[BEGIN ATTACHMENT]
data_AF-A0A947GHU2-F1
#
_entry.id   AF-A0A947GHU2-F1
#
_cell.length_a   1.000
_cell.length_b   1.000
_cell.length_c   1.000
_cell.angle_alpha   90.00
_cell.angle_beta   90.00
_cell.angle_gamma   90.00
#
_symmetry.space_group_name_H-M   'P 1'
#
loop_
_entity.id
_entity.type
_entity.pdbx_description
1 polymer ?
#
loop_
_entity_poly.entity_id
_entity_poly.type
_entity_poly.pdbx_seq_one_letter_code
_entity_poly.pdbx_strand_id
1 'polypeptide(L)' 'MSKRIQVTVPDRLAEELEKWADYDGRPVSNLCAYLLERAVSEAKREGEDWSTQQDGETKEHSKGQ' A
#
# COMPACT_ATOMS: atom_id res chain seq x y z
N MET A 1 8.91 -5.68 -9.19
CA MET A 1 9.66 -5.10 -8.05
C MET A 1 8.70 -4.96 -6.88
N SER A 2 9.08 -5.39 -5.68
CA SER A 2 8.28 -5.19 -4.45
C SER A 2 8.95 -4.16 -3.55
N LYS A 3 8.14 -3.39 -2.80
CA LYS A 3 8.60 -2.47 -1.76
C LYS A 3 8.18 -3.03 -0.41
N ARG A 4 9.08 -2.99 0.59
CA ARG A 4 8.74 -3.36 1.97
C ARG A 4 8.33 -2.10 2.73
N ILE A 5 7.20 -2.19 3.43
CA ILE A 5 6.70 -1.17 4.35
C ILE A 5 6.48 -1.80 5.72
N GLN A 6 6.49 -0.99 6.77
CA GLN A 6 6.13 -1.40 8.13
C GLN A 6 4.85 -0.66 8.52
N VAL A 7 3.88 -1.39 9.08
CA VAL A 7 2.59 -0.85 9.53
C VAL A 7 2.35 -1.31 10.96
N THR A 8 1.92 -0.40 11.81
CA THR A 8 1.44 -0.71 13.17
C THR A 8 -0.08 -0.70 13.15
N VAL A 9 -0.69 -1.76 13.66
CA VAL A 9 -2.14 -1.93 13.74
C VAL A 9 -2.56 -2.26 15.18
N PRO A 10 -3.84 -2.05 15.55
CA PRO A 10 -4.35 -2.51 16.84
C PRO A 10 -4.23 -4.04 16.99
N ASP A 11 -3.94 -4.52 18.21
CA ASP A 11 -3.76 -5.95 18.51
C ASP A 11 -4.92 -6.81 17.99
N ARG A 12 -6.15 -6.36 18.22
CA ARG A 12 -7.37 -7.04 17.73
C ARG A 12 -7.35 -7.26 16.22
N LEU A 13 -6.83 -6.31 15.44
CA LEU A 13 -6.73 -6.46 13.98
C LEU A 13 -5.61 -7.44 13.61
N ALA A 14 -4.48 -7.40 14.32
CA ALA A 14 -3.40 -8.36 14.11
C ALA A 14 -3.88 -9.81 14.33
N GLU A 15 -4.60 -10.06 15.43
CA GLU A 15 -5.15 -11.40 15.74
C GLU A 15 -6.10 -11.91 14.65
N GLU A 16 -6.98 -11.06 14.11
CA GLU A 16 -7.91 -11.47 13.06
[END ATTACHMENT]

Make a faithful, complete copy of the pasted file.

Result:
data_AF-A0A947GHU2-F1
#
_entry.id   AF-A0A947GHU2-F1
#
_cell.length_a   1.000
_cell.length_b   1.000
_cell.length_c   1.000
_cell.angle_alpha   90.00
_cell.angle_beta   90.00
_cell.angle_gamma   90.00
#
_symmetry.space_group_name_H-M   'P 1'
#
loop_
_entity.id
_entity.type
_entity.pdbx_description
1 polymer ?
#
loop_
_entity_poly.entity_id
_entity_poly.type
_entity_poly.pdbx_seq_one_letter_code
_entity_poly.pdbx_strand_id
1 'polypeptide(L)' 'MSKRIQVTVPDRLAEELEKWADYDGRPVSNLCAYLLERAVSEAKREGEDWSTQQDGETKEHSKGQ' A
#
# COMPACT_ATOMS: atom_id res chain seq x y z
N MET A 1 8.91 -5.68 -9.19
CA MET A 1 9.66 -5.10 -8.05
C MET A 1 8.70 -4.96 -6.88
N SER A 2 9.08 -5.39 -5.68
CA SER A 2 8.28 -5.19 -4.45
C SER A 2 8.95 -4.16 -3.55
N LYS A 3 8.14 -3.39 -2.80
CA LYS A 3 8.60 -2.47 -1.76
C LYS A 3 8.18 -3.03 -0.41
N ARG A 4 9.08 -2.99 0.59
CA ARG A 4 8.74 -3.36 1.97
C ARG A 4 8.33 -2.10 2.73
N ILE A 5 7.20 -2.19 3.43
CA ILE A 5 6.70 -1.17 4.35
C ILE A 5 6.48 -1.80 5.72
N GLN A 6 6.49 -0.99 6.77
CA GLN A 6 6.13 -1.40 8.13
C GLN A 6 4.85 -0.66 8.52
N VAL A 7 3.88 -1.39 9.08
CA VAL A 7 2.59 -0.85 9.53
C VAL A 7 2.35 -1.31 10.96
N THR A 8 1.92 -0.40 11.81
CA THR A 8 1.44 -0.71 13.17
C THR A 8 -0.08 -0.70 13.15
N VAL A 9 -0.69 -1.76 13.66
CA VAL A 9 -2.14 -1.93 13.74
C VAL A 9 -2.56 -2.26 15.18
N PRO A 10 -3.84 -2.05 15.55
CA PRO A 10 -4.35 -2.51 16.84
C PRO A 10 -4.23 -4.04 16.99
N ASP A 11 -3.94 -4.52 18.21
CA ASP A 11 -3.76 -5.95 18.51
C ASP A 11 -4.92 -6.81 17.99
N ARG A 12 -6.15 -6.36 18.22
CA ARG A 12 -7.37 -7.04 17.73
C ARG A 12 -7.35 -7.26 16.22
N LEU A 13 -6.83 -6.31 15.44
CA LEU A 13 -6.73 -6.46 13.98
C LEU A 13 -5.61 -7.44 13.61
N ALA A 14 -4.48 -7.40 14.32
CA ALA A 14 -3.40 -8.36 14.11
C ALA A 14 -3.88 -9.81 14.33
N GLU A 15 -4.60 -10.06 15.43
CA GLU A 15 -5.15 -11.40 15.74
C GLU A 15 -6.10 -11.91 14.65
N GLU A 16 -6.98 -11.06 14.11
CA GLU A 16 -7.91 -11.47 13.06